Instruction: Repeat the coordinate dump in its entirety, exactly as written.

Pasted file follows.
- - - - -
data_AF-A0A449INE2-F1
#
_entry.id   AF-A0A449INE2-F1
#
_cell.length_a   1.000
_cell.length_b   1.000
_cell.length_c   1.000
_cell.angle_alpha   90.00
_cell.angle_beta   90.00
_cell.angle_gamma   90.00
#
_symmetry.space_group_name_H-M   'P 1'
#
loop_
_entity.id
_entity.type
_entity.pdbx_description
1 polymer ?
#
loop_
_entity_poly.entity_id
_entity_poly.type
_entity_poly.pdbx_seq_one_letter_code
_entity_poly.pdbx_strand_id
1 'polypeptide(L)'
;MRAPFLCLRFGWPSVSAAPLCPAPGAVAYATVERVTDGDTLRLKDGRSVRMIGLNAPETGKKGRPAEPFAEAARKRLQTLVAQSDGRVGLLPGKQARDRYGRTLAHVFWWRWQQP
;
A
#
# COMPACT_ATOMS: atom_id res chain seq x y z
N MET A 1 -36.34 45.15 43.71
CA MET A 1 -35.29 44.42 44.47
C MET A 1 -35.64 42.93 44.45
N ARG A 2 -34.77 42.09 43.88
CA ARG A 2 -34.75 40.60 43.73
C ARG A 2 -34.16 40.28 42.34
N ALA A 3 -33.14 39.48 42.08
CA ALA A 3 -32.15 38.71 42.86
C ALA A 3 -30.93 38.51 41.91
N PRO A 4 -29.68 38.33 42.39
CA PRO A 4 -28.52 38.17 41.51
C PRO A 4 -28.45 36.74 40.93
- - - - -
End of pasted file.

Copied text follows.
data_AF-A0A449INE2-F1
#
_entry.id   AF-A0A449INE2-F1
#
_cell.length_a   1.000
_cell.length_b   1.000
_cell.length_c   1.000
_cell.angle_alpha   90.00
_cell.angle_beta   90.00
_cell.angle_gamma   90.00
#
_symmetry.space_group_name_H-M   'P 1'
#
loop_
_entity.id
_entity.type
_entity.pdbx_description
1 polymer ?
#
loop_
_entity_poly.entity_id
_entity_poly.type
_entity_poly.pdbx_seq_one_letter_code
_entity_poly.pdbx_strand_id
1 'polypeptide(L)'
;MRAPFLCLRFGWPSVSAAPLCPAPGAVAYATVERVTDGDTLRLKDGRSVRMIGLNAPETGKKGRPAEPFAEAARKRLQTLVAQSDGRVGLLPGKQARDRYGRTLAHVFWWRWQQP
;
A
#
# COMPACT_ATOMS: atom_id res chain seq x y z
N MET A 1 -36.34 45.15 43.71
CA MET A 1 -35.29 44.42 44.47
C MET A 1 -35.64 42.93 44.45
N ARG A 2 -34.77 42.09 43.88
CA ARG A 2 -34.75 40.60 43.73
C ARG A 2 -34.16 40.28 42.34
N ALA A 3 -33.14 39.48 42.08
CA ALA A 3 -32.15 38.71 42.86
C ALA A 3 -30.93 38.51 41.91
N PRO A 4 -29.68 38.33 42.39
CA PRO A 4 -28.52 38.17 41.51
C PRO A 4 -28.45 36.74 40.93